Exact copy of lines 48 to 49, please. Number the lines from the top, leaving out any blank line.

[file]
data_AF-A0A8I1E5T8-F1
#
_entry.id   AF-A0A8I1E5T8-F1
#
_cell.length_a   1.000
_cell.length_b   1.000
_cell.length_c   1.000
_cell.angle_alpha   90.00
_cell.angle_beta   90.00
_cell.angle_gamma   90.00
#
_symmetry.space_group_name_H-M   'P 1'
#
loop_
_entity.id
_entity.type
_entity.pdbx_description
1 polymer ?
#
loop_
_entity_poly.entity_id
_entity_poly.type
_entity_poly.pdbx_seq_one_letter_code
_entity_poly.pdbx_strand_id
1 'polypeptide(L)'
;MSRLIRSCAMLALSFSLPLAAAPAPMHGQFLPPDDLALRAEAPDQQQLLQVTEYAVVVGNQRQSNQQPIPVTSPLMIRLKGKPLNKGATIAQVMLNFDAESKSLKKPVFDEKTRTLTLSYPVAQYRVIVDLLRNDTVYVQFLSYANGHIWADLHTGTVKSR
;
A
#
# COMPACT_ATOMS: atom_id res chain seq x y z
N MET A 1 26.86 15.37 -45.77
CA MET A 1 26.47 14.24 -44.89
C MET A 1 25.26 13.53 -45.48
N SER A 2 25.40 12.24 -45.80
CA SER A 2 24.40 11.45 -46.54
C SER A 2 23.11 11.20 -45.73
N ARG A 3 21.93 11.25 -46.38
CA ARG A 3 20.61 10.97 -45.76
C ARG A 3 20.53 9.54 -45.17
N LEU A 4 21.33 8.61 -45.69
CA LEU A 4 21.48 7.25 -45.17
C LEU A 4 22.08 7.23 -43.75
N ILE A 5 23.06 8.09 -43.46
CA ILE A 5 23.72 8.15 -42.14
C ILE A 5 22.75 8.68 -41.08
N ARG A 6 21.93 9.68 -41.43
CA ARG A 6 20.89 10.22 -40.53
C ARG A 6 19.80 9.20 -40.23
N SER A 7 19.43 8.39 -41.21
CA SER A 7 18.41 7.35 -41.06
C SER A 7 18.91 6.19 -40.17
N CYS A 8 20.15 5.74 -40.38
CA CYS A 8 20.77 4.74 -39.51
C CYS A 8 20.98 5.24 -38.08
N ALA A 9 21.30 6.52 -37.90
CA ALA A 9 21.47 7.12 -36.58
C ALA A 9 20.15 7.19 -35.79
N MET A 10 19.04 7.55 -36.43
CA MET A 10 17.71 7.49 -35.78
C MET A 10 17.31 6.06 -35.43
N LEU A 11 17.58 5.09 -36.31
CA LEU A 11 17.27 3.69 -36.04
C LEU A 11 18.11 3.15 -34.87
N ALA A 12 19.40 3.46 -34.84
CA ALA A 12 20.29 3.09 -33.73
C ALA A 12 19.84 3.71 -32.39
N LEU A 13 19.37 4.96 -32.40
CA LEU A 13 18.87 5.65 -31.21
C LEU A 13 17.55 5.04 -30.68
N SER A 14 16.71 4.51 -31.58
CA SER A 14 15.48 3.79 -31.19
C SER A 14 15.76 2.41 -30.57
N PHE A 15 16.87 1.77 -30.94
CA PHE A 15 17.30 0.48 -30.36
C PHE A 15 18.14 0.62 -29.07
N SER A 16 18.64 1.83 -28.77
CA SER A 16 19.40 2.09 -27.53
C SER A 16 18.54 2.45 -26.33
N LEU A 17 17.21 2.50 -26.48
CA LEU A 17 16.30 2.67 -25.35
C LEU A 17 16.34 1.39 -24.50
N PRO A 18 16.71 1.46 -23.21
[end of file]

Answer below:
C ARG A 6 19.80 9.20 -40.23
N SER A 7 19.43 8.39 -41.21